In the first part of the activity, each student chews a piece of gum until it loses its sweetness, and then leaves the gum to dry for several days before weighing it to determine the amount of mass lost. This mass corresponds to the amount of sugar in the gum, and can be compared to the amount stated on the package label. In the second part of the activity, students work in groups to design and conduct new experiments based on questions of their own choosing. These questions arise naturally from observations during the first experiment, and from students' own experiences with and knowledge of the many varieties of chewing and bubble gums available.

Subject:
Applied Science
Engineering
Life Science
Nutrition
Material Type:
Activity/Lab
Provider:
TeachEngineering
Provider Set:
TeachEngineering
Author:
Mary R. Hebrank
10/14/2015
Educational Use
Rating
0.0 stars

Student groups are provided with a generic car base on which to design a device/enclosure to protect an egg on or in the car as it rolls down a ramp at increasing slopes. During this in-depth physics/science/technology activity, student teams design, build and test their creations to meet the design challenge, and are expected to perform basic mathematical calculations using collected data, including a summative cost to benefit ratio.

Subject:
Applied Science
Engineering
Physical Science
Physics
Material Type:
Activity/Lab
Provider:
TeachEngineering
Provider Set:
TeachEngineering
Author:
Justin Riley
Ryan St. Gelais
Scott Beaurivage
09/18/2014
Educational Use
Rating
0.0 stars

This unit provides the framework for conducting an “engineering design field day” that combines 6 hands-on engineering activities into a culminating school (or multi-school) competition. The activities are a mix of design and problem-solving projects inspired by real-world engineering challenges: kite making, sail cars, tall towers, strong towers and a ball and tools obstacle course. The assortment of events engage children who have varied interests and cover a range of disciplines such as aerospace, mechanical and civil engineering. An optional math test—for each of grades 1-6—is provided as an alternative activity to incorporate into the field day event. Of course, the 6 activities in this unit also are suitable to conduct as standalone activities that are unaffiliated with a big event.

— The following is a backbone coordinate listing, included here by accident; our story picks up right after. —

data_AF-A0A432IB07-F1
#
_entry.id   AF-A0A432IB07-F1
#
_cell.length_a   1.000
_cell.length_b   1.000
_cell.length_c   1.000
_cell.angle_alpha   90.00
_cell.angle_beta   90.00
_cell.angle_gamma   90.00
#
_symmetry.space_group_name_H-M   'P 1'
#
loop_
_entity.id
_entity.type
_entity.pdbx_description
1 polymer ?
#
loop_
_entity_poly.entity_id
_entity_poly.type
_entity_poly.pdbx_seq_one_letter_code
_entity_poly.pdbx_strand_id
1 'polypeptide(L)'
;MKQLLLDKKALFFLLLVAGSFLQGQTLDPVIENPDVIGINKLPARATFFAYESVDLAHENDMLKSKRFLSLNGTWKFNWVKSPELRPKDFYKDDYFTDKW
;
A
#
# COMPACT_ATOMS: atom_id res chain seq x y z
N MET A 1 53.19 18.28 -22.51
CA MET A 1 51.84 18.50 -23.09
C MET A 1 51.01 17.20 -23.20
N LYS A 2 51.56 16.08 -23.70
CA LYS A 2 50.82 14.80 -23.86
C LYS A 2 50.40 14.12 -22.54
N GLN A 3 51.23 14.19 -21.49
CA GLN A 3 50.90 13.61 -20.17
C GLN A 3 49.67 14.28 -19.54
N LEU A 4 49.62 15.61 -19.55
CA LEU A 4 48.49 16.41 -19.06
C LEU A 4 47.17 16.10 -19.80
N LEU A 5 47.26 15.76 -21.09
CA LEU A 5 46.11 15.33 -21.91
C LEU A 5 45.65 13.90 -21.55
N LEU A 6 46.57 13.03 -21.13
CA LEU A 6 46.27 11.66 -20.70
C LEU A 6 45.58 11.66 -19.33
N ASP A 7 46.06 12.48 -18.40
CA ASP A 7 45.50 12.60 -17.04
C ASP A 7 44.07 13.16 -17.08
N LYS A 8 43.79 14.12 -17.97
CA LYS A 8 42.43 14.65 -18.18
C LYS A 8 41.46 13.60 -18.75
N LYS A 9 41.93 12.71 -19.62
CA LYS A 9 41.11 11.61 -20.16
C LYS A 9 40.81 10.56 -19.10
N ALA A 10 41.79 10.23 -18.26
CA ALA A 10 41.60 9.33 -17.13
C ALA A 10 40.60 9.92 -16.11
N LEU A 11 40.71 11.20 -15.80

Subject:
Applied Science
Engineering
Material Type:
Unit of Study
Provider:
TeachEngineering
Provider Set:
Units
Author:
Alexander Kon
Alisa Lee
Andrew Palermo
Christopher Langel
Destiny Garcia
Duff Harold
Eric Anderson
Jean Vandergheynst
Jeff Kessler
Josh Claypool
Kelley Hestmark
Lauren Jabusch
Sara Pace
Tiffany Tu
Travis Smith
02/17/2017
Unrestricted Use
CC BY
Rating
0.0 stars

Students will: Predict the kinetic and potential energy of objects Design a skate park Examine how kinetic and potential energy interact with each other

Subject:
Physical Science
Physics
Material Type:
Simulation
Provider:
Provider Set:
PhET Interactive Simulations
Author:
Ariel Paul
Emily B Moore
Katherine Perkins
Noah Podolefsky
Sam Reid
Trish Loeblein
01/31/2012
Conditional Remix & Share Permitted
CC BY-NC-SA
Rating
0.0 stars